Local Dem at odds with voting rule
By RON SELAK JR.
WARREN – Trumbull County Democratic Party Chairman Dan Polivka said Wednesday despite feeling “bullied” by the Ohio Democratic Party, he is “staying the course” on his feelings that central committee members should be allowed to vote secretly when picking a successor for Commissioner Paul Heltzel.
“I’ve always tried to work with them, but this one here … I don’t know about it,” said Polivka. “It’s overstepping their bounds is how I feel.”
But Ohio Democratic Chairman Chris Redfern said there is “no equivocation, no debate” on whether the party will follow the rules of the Democratic National Committee and Ohio Democratic Party requiring county parties to vote publicly, not privately.
Redfern gave Polivka two options: “Enforce the rule or he can resign.”
He added, though, “I hope he doesn’t (resign), he’s a valuable member of the team, but there is no debate.”
Polivka said he is “checking some things out” with Ohio Secretary of State Jon Husted’s Office and with party parliamentarian Christopher Becker on the best way to proceed and to avoid “shooting from the hip” on this because he wants to make sure the person picked by central committee members is valid.
“I’m staying the course on how I feel,” said Polivka. “I don’t feel it should be dictated how we should hold our elections.”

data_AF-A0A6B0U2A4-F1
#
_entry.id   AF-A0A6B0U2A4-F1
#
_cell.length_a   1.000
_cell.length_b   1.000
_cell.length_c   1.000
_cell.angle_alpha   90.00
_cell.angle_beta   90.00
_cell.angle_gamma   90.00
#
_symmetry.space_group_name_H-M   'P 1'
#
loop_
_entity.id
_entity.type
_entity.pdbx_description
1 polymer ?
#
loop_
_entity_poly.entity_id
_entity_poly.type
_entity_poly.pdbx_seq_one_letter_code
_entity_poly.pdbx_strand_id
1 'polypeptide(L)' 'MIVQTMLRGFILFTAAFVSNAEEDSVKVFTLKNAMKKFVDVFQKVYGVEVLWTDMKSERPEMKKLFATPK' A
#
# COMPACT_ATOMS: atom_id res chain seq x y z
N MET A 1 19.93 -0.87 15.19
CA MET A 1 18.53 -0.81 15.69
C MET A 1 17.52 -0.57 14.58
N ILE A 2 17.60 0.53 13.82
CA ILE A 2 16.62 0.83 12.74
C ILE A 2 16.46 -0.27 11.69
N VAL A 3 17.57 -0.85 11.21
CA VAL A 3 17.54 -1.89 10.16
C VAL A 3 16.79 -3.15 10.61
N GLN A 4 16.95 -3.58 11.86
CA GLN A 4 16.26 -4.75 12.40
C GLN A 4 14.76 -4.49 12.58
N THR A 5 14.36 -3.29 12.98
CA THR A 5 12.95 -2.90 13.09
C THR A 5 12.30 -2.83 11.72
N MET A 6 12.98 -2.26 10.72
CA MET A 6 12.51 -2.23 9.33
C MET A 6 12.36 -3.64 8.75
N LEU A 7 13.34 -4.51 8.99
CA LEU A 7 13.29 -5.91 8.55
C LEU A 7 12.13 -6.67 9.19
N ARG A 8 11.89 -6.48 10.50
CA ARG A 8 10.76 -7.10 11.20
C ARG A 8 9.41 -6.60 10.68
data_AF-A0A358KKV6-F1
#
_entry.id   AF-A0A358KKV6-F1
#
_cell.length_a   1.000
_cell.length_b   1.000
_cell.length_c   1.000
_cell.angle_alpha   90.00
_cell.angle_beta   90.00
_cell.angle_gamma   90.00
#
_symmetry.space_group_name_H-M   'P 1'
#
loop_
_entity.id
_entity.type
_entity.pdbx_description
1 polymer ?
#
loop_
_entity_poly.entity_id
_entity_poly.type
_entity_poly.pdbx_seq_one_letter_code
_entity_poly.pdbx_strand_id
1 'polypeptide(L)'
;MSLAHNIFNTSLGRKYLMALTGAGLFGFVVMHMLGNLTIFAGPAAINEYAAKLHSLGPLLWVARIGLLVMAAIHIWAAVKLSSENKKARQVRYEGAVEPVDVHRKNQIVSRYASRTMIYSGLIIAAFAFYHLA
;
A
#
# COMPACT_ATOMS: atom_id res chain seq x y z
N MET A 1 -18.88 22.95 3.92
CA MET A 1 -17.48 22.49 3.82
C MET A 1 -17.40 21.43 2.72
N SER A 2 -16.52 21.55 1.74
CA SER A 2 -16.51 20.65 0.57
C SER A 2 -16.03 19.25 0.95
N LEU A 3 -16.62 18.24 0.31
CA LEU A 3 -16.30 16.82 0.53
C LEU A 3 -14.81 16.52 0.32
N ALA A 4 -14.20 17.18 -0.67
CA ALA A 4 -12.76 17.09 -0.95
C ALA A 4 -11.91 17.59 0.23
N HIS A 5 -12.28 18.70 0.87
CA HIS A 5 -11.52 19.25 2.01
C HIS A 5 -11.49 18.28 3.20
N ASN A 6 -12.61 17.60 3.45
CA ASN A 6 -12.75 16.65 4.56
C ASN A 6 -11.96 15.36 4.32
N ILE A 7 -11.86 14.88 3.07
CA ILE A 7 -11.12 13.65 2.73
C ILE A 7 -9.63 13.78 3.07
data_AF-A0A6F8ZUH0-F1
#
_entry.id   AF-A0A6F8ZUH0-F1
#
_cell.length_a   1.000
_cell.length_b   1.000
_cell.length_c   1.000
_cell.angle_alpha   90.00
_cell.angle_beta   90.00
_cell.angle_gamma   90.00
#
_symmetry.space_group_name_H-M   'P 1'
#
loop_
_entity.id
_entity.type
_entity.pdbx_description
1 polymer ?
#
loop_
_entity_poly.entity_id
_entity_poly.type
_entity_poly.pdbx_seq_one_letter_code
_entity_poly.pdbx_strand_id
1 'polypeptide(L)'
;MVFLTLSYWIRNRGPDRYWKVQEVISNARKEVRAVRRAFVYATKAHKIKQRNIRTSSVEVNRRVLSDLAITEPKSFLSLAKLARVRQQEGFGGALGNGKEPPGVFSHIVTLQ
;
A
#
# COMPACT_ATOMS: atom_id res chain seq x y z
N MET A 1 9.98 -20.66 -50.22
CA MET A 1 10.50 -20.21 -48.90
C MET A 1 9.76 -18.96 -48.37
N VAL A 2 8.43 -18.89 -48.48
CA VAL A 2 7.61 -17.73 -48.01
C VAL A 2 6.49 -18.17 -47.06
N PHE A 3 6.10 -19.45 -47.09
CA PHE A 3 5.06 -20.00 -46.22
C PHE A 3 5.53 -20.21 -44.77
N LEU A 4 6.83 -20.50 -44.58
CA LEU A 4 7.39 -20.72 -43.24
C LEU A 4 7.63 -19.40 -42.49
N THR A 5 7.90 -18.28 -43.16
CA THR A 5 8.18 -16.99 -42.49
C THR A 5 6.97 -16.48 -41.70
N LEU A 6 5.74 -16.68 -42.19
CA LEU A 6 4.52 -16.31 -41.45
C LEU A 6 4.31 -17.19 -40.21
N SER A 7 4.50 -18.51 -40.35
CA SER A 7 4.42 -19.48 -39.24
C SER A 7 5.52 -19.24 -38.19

Eleven people have applied for the position, which became empty when Heltzel, 69, died June 30.
Democrats will pick someone July 26 to fill the seat until the November election and to be on the ballot. Republicans, too, will pick a ballot candidate to fill Heltzel’s unexpired term, which ends in January 2017.
Secret ballots have been the longstanding practice by the county’s Democratic Party to fill vacancies and make party endorsements, voted on by central committee members decades ago to move away from voter intimidation.
But it’s a prohibited practice in the constitutions of the DNC and the ODP, which last month held the feet of the Mahoning County Democratic Party to fire to eliminate secret ballots by taking away the state party discount on campaign mail and access to an electronic voter information system. The perks were restored when party Chairman David Betras agreed to make this an other changes to that county party’s bylaws.
Redfern said Bill DeMora, state party secretary and director of county party operations, spoke with Polivka about the matter, and an email stating the section of the party’s bylaws dealing with secret ballots are “null and void” was sent by the state party to Polivka on Wednesday, Redfern said.
Also, there is an Ohio Attorney General’s Office opinion from 2001, said Redfern, that states secret ballots are not allowed in an open meeting.
“Central committee members are elected on the ballot,” said Redfern. “Those are public officials and their votes, according to the attorney general’s position, have to be in accordance with Ohio Sunshine Law.”
But Polivka argues central committee members are “for a party organization, not for a government body” who “vote on endorsements, vote on appointments, vote on party leadership, but they don’t take a public, official vote.”
Redfern said a public vote can be a voice vote or by raising hands, not necessary where a central committee member is required to individually vote for the candidate.